Getting Inclusive About Global Mobility
One of those lies we tell children growing up to be civil engineers is that the career is an international one. Of course, it’s not a complete fiction- I do know a few engineers who have left the rule of Britannia and set out to ply their trade; however it’s not all that typical for engineering companies to deploy graduates across the world in the way that the likes of professional services firms do.
In being expected to produce a safe and tolerant environment across the globe, businesses are asked to solve the problems that society hasn’t fixed yet.
And that’s a bit of a shame; because engineering is trying to compete in an ever shrinking talent pool (don’t worry- I’ve got a post or two up my sleeve about how we desperately need to improve our lot…) and it’s an apparent fact that international working is a real draw, especially for younger people considering a career.
A few weeks ago I was deployed to an evening panel discussion on Global Mobility and the challenges it poses. The event shared some good lessons learnt both for the companies looking to improve the international prospects of their employees; and for the employees themselves. You see- like most things- the companies that get the best out of the people they send abroad are the ones that have stopped to think for a minute about how best to do it.
First off, you have to answer the question “why work abroad“. From a company perspective it could simply be that you have the skills/experience to deliver something that their current resources in that country cannot. But on a personal level employees tend to want to go for the experience; and the opportunity to gain a little resilience, develop and learn a bit more about themselves.
Companies should always offer; the worse thing you can do is put line managers in a judgement role, where their own unconscious biases and assumptions could easily prevent an apt employee missing out on the opportunity they’ve been waiting for.
The subtext, however, is (for a career like engineering) working abroad should be a way to augment your career; and not something that should disadvantage you if you don’t/can’t take the chance- you’re not working for the FCO, after all. This is especially important as, without policy intervention, globe-trotting your career typically favours the young men of this world- who are less likely to have any financial obligations or face any cultural resistance in the workplace.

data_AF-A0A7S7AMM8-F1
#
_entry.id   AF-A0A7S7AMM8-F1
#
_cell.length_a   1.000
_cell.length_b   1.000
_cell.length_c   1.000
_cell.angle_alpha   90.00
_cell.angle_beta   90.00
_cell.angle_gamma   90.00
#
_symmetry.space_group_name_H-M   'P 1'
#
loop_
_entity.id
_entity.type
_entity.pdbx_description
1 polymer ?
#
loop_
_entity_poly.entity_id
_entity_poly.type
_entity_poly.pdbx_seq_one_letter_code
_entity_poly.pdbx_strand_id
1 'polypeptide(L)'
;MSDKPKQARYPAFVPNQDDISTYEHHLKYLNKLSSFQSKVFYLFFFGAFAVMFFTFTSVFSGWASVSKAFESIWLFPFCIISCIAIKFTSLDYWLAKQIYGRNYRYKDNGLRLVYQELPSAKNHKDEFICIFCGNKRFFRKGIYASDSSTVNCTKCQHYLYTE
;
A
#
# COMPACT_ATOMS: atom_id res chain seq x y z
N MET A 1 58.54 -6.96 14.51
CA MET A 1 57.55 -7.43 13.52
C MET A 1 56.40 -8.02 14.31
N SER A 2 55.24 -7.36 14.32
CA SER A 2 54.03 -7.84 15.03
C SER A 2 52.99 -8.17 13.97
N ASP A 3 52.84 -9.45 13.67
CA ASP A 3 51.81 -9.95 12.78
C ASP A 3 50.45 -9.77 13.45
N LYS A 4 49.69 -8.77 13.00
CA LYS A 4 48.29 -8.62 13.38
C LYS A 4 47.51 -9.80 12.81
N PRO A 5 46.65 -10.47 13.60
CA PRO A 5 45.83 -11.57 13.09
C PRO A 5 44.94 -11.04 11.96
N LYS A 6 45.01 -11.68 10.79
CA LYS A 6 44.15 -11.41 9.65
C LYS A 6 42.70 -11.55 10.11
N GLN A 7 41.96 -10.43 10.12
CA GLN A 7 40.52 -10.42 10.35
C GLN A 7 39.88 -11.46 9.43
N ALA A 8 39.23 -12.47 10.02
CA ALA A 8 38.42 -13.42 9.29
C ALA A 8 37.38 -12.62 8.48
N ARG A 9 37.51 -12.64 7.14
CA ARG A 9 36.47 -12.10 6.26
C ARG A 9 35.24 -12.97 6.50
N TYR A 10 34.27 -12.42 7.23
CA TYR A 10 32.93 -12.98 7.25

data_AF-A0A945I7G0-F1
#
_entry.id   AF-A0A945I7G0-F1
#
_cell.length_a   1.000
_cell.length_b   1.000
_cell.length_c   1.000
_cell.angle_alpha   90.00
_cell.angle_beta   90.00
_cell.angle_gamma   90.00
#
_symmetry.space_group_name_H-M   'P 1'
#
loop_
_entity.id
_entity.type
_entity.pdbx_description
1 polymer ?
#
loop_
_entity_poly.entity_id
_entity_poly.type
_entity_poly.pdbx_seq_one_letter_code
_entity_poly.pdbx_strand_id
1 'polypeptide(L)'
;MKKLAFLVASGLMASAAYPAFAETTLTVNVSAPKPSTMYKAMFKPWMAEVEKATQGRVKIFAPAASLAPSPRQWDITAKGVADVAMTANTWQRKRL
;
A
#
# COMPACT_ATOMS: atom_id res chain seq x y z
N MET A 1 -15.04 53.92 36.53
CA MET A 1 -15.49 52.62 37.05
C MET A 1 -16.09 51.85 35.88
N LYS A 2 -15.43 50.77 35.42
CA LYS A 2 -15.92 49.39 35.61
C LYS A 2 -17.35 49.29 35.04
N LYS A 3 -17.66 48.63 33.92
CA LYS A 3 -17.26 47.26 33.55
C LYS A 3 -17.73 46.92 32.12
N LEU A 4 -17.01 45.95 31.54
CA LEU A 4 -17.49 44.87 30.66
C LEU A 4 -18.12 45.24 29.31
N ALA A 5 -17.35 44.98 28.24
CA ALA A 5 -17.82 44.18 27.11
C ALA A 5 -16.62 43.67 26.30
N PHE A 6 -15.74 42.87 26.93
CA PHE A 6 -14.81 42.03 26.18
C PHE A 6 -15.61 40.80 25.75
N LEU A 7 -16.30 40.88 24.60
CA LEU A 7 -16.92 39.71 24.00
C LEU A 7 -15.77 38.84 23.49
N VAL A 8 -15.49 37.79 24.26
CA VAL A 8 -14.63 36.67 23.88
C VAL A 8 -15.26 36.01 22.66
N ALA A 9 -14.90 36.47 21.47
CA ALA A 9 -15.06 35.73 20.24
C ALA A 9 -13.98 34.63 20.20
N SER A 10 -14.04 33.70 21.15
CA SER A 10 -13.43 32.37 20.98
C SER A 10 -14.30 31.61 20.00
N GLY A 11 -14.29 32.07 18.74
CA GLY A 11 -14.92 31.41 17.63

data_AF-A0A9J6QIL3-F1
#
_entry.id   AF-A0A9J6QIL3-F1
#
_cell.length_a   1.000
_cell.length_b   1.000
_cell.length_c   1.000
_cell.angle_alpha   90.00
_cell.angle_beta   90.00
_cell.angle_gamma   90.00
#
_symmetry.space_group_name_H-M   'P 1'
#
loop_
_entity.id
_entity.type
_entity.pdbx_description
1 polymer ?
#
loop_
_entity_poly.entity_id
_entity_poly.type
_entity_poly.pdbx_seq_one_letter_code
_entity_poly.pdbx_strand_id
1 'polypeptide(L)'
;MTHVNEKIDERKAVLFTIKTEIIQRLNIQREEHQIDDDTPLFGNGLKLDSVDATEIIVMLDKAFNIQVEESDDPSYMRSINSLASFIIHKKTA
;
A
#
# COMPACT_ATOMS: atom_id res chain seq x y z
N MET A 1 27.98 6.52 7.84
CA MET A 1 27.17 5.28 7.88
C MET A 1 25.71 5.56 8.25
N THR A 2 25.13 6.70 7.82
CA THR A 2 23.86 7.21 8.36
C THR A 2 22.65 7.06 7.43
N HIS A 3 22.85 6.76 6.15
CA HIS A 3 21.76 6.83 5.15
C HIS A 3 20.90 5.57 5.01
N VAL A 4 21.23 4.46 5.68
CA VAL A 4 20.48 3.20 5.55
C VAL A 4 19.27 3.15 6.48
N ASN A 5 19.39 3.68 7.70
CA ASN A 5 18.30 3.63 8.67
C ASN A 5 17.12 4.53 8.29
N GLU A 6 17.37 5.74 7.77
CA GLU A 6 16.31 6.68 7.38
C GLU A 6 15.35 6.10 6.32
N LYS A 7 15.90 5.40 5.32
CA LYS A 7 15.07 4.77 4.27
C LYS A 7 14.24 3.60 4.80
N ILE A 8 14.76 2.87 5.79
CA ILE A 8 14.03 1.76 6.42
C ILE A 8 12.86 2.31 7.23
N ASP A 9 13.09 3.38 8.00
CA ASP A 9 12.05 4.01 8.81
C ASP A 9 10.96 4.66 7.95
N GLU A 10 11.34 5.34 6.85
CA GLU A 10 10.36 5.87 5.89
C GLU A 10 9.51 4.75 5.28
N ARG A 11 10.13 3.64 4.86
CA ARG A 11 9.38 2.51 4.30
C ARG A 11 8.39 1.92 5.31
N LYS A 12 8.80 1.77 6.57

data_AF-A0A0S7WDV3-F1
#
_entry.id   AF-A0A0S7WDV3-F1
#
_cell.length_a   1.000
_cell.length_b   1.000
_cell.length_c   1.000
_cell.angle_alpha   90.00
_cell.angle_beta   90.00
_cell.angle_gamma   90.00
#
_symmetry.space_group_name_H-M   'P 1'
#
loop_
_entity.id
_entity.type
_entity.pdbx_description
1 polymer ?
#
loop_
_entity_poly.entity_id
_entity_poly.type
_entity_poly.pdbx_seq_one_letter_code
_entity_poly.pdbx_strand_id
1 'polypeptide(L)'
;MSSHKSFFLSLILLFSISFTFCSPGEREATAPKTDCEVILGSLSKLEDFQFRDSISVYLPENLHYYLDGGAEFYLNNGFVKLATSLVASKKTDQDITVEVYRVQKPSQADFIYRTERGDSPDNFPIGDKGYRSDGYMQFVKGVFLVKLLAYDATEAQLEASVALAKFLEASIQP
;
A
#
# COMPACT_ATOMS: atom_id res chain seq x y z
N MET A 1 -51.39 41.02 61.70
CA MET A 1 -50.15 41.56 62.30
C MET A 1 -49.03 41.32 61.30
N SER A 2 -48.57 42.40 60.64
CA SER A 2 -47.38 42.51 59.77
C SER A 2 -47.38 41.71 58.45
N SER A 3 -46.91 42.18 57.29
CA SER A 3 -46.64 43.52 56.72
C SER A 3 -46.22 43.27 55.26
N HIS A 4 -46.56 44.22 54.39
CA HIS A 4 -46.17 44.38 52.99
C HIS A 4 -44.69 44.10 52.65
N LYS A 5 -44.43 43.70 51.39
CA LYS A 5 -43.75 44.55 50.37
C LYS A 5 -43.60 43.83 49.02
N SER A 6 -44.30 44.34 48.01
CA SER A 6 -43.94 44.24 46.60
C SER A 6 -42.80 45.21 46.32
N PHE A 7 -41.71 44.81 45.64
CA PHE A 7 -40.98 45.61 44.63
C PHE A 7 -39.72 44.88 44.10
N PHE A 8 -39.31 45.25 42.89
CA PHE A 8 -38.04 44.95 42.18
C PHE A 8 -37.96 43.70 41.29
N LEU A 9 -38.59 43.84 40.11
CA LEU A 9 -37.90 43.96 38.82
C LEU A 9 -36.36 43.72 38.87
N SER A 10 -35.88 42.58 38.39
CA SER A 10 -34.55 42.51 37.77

Despite saying that, however, the first step companies need to take to better enable global mobility is to ignore this. Companies should always offer; the worse thing you can do is put line managers in a judgement role, where their own unconscious biases and assumptions could easily prevent an apt employee missing out on the opportunity they’ve been waiting for. And by extension- international travels are just as possible with a mortgage and a young family; so don’t count yourself out either.
While just opening the offer is a great start; all it does is include the people who think they know how to solve their mobility hurdles themselves. It is the next step that is difficult for a company to get right; if you want to be able to send the best, and get the best out of those you send- you need to start offering support.
Previously this used to be done with a standardised “package”, however often this was exclusive in-of-itself a farther of four is going to have a completely different set of requirements to a woman heading to work in Saudi. These days best practice is tending towards a piecemeal system to ensure a fair, but flexible, deal. And more importantly, one that doesn’t influence the decision of who to send; pick the right person- not the right price.
Aside from the “getting the best” argument; companies offer support because they ultimately have a duty of care. And this can lead to the greatest challenge for both parties- in being expected to produce a safe and tolerant environment across the globe, businesses are asked to solve the problems that society hasn’t fixed yet. How do you deploy a mixed-race couple to the multitudes of places still out there where the subject is taboo or defend lesbian employees to the eight or so countries where the government and even some of your own employees are against you?
But these are the problems that the global workforce has to solve. For businesses it is a question of risk mitigation and making sure they can provide a framework to ensure they get the best person, not just the most convenient one, for the job. For employees:
It’s about deciding if you want to go and then looking into the support you need and helping your employer get the best out of you.